The goal of testing is to find defects. Nevertheless, the process is not limited to finding defects only. The information about these defects should be properly communicated to developers so that they can fix them, and the reparations reports are submitted to the stakeholders in order not to break development schedule for the software product. Any ineffective actions taken while the defects are being reported, tracked, corrected and managed result in a loss of time.
In connection with the above said, the following two activities have proven themselves to be effective in detecting defects. The first one involves executing tests based on the test plan to determine if there are any differences between the expected and actual test results. The second activity has to do with documenting the shortcomings, encountered during the test, in an issue tracking system. The quality of documentation is crucial for two reasons: firstly, developers need credible and reliable information on the defects in order to repair them and troubleshoot all the problems caused by them, and secondly, the testers should be able to reproduce the issues to ascertain that the defect has been successfully fixed. The system used to document and track defects is an important software testing tool.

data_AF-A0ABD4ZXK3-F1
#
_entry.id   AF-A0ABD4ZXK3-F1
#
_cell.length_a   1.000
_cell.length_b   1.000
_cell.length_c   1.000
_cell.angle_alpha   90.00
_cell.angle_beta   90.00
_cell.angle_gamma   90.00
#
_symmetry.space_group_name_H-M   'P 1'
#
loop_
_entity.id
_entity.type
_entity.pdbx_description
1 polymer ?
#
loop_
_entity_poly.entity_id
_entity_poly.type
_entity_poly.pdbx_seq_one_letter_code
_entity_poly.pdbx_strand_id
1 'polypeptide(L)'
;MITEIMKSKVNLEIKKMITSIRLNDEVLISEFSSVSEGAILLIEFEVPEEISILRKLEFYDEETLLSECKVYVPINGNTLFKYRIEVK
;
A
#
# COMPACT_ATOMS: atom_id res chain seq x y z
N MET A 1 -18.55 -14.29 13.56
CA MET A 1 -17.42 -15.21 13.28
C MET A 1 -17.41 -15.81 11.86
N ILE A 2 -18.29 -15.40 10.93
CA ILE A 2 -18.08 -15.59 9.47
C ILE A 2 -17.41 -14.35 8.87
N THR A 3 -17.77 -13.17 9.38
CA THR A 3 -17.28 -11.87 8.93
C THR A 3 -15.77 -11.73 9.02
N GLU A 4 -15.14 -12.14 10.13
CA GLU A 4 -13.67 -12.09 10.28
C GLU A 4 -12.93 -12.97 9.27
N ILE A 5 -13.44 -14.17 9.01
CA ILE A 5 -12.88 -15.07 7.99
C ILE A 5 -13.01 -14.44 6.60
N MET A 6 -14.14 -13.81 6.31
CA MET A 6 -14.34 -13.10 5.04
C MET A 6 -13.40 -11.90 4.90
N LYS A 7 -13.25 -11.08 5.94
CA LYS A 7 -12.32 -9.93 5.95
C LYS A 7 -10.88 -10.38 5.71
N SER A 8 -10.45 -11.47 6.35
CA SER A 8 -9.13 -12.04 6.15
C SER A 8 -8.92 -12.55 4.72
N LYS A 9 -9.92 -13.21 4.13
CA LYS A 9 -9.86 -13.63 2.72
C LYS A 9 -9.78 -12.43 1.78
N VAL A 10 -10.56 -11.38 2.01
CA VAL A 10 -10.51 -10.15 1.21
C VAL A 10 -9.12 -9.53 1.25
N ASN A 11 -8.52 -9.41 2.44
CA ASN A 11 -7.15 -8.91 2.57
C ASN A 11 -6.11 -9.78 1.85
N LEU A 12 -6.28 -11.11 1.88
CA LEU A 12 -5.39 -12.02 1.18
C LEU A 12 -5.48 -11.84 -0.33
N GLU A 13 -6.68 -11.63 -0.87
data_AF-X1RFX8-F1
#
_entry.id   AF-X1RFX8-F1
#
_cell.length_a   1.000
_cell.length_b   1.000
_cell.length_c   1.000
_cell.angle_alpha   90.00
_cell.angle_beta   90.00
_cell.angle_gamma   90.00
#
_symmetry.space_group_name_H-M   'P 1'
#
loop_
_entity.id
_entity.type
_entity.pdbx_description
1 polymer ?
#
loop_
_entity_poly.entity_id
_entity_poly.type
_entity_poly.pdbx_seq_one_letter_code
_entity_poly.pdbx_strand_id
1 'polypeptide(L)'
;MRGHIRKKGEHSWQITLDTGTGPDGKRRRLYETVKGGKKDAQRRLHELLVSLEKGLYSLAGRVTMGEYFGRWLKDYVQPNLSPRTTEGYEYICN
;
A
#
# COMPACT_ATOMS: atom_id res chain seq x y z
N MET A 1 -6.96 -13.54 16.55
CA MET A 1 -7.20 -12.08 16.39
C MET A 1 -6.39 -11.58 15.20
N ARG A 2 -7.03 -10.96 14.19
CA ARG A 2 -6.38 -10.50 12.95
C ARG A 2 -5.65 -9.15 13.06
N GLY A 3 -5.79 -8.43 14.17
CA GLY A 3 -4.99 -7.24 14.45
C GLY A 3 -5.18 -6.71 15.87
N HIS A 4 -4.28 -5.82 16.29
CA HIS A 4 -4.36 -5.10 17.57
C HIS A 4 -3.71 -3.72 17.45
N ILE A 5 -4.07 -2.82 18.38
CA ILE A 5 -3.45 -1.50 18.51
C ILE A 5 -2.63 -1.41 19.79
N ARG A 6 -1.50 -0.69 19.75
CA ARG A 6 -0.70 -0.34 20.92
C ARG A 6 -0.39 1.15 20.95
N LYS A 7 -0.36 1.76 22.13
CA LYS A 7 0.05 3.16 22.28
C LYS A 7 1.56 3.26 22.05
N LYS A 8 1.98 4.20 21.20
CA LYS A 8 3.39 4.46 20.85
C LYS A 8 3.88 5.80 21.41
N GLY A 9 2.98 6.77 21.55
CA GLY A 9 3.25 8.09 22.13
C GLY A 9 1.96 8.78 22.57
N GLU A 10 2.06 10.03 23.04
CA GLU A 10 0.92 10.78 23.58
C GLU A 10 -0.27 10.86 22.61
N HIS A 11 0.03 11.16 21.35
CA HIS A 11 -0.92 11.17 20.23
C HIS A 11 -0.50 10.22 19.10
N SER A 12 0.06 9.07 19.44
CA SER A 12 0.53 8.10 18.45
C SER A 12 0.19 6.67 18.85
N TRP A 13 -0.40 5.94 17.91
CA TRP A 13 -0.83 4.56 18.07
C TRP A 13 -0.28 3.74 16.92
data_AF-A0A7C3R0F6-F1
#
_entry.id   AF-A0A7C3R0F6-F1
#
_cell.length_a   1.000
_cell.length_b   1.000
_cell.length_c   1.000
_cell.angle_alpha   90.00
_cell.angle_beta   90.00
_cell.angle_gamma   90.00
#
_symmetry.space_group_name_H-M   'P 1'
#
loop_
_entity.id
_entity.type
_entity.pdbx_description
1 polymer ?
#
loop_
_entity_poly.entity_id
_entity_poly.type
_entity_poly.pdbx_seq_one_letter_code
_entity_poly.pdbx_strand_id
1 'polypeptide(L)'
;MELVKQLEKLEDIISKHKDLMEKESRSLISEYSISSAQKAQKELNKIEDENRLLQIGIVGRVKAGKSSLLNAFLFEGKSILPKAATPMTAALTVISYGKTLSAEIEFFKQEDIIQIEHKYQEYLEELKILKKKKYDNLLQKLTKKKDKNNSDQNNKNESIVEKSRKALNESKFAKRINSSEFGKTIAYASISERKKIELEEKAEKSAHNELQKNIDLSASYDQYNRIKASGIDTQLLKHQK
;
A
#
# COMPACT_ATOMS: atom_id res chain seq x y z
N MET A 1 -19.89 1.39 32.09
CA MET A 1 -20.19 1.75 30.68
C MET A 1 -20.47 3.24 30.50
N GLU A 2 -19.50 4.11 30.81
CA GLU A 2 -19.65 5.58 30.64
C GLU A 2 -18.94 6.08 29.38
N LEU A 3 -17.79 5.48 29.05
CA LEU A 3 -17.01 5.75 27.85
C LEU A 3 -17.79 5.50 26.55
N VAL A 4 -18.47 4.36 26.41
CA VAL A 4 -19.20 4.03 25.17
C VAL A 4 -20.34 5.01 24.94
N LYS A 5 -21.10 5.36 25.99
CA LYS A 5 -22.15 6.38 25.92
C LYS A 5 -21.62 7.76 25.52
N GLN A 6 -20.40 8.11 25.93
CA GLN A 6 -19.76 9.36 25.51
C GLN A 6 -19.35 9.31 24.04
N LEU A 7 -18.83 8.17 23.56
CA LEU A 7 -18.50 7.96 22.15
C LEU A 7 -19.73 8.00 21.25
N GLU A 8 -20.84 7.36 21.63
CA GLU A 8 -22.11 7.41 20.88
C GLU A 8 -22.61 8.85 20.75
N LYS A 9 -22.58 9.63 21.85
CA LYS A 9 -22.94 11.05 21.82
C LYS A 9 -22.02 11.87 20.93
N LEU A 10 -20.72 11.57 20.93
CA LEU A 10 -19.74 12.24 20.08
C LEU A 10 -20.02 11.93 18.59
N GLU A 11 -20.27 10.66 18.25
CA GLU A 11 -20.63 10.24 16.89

Beta testing services are designed to give employment to different people willing to perform assigned tasks. So you do not need to have special knowledge in software field so that to become a beta tester.
A defect is an error in a work product, such as technical requirements, program code or test plan. The defect remains undetected until the work product is revised or the program is executed so that to produce the expected results.
Once found, the defect is explored to determine if it is caused by a test malfunction, a failure in the program code, or an error in the design specifications. If the cause of the problem is a test, not a program code, the test should be corrected, but then the detected defect should be “ignored”. Also, the degree of the defect’s seriousness is assessed: does the defect under test is classified as catastrophic defect that is subject to mandatory elimination before the delivery of the software product?
Is the problem so serious that it significantly reduces the functionality of the software product, but there are still open workarounds that allow you to continue the testing and development processes? Or is this problem not so critical that its decision cannot be postponed until future releases of the software product?
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